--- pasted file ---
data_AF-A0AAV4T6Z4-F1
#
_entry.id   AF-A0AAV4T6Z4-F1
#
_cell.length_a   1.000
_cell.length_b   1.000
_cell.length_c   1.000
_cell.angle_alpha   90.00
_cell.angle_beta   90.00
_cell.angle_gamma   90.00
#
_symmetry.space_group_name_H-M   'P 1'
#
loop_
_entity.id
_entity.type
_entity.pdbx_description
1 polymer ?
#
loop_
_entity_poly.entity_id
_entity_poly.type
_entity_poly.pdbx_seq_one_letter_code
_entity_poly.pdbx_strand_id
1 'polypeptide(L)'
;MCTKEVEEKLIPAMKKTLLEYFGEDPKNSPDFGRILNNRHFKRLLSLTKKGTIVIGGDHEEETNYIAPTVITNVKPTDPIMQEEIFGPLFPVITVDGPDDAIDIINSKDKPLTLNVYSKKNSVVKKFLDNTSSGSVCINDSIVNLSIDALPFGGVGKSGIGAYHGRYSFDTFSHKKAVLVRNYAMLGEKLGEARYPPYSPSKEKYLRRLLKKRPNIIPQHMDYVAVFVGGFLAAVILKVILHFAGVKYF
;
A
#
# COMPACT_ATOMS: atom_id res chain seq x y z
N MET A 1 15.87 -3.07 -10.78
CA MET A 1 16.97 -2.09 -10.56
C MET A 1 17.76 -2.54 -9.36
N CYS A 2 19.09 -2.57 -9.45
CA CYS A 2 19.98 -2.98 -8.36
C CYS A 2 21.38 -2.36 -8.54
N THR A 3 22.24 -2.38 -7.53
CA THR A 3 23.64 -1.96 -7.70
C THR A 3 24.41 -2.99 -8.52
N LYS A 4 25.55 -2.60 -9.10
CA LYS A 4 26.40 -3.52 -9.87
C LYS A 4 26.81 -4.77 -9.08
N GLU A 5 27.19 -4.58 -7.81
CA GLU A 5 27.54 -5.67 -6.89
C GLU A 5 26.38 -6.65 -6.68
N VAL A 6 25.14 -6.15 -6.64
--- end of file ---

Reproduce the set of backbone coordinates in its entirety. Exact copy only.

data_AF-A0AAV4T6Z4-F1
#
_entry.id   AF-A0AAV4T6Z4-F1
#
_cell.length_a   1.000
_cell.length_b   1.000
_cell.length_c   1.000
_cell.angle_alpha   90.00
_cell.angle_beta   90.00
_cell.angle_gamma   90.00
#
_symmetry.space_group_name_H-M   'P 1'
#
loop_
_entity.id
_entity.type
_entity.pdbx_description
1 polymer ?
#
loop_
_entity_poly.entity_id
_entity_poly.type
_entity_poly.pdbx_seq_one_letter_code
_entity_poly.pdbx_strand_id
1 'polypeptide(L)'
;MCTKEVEEKLIPAMKKTLLEYFGEDPKNSPDFGRILNNRHFKRLLSLTKKGTIVIGGDHEEETNYIAPTVITNVKPTDPIMQEEIFGPLFPVITVDGPDDAIDIINSKDKPLTLNVYSKKNSVVKKFLDNTSSGSVCINDSIVNLSIDALPFGGVGKSGIGAYHGRYSFDTFSHKKAVLVRNYAMLGEKLGEARYPPYSPSKEKYLRRLLKKRPNIIPQHMDYVAVFVGGFLAAVILKVILHFAGVKYF
;
A
#
# COMPACT_ATOMS: atom_id res chain seq x y z
N MET A 1 15.87 -3.07 -10.78
CA MET A 1 16.97 -2.09 -10.56
C MET A 1 17.76 -2.54 -9.36
N CYS A 2 19.09 -2.57 -9.45
CA CYS A 2 19.98 -2.98 -8.36
C CYS A 2 21.38 -2.36 -8.54
N THR A 3 22.24 -2.38 -7.53
CA THR A 3 23.64 -1.96 -7.70
C THR A 3 24.41 -2.99 -8.52
N LYS A 4 25.55 -2.60 -9.10
CA LYS A 4 26.40 -3.52 -9.87
C LYS A 4 26.81 -4.77 -9.08
N GLU A 5 27.19 -4.58 -7.81
CA GLU A 5 27.54 -5.67 -6.89
C GLU A 5 26.38 -6.65 -6.68
N VAL A 6 25.14 -6.15 -6.64